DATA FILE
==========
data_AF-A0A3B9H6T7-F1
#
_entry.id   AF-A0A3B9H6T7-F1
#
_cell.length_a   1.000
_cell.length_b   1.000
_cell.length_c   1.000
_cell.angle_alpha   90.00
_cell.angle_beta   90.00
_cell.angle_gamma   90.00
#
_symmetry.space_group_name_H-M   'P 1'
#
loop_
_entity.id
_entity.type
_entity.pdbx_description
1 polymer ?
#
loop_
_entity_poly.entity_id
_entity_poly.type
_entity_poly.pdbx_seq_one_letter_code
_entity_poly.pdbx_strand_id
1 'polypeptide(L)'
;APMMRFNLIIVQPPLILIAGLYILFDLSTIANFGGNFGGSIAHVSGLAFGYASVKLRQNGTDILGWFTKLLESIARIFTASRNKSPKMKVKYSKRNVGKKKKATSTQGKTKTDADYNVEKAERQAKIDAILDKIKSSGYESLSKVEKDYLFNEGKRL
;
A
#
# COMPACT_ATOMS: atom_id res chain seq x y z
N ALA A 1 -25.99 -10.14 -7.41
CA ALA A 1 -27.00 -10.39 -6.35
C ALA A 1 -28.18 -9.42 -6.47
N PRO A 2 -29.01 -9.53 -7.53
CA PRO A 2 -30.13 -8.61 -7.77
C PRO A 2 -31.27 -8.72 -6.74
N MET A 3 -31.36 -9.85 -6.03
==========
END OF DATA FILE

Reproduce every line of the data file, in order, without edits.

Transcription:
data_AF-A0A3B9H6T7-F1
#
_entry.id   AF-A0A3B9H6T7-F1
#
_cell.length_a   1.000
_cell.length_b   1.000
_cell.length_c   1.000
_cell.angle_alpha   90.00
_cell.angle_beta   90.00
_cell.angle_gamma   90.00
#
_symmetry.space_group_name_H-M   'P 1'
#
loop_
_entity.id
_entity.type
_entity.pdbx_description
1 polymer ?
#
loop_
_entity_poly.entity_id
_entity_poly.type
_entity_poly.pdbx_seq_one_letter_code
_entity_poly.pdbx_strand_id
1 'polypeptide(L)'
;APMMRFNLIIVQPPLILIAGLYILFDLSTIANFGGNFGGSIAHVSGLAFGYASVKLRQNGTDILGWFTKLLESIARIFTASRNKSPKMKVKYSKRNVGKKKKATSTQGKTKTDADYNVEKAERQAKIDAILDKIKSSGYESLSKVEKDYLFNEGKRL
;
A
#
# COMPACT_ATOMS: atom_id res chain seq x y z
N ALA A 1 -25.99 -10.14 -7.41
CA ALA A 1 -27.00 -10.39 -6.35
C ALA A 1 -28.18 -9.42 -6.47
N PRO A 2 -29.01 -9.53 -7.53
CA PRO A 2 -30.13 -8.61 -7.77
C PRO A 2 -31.27 -8.72 -6.74
N MET A 3 -31.36 -9.85 -6.03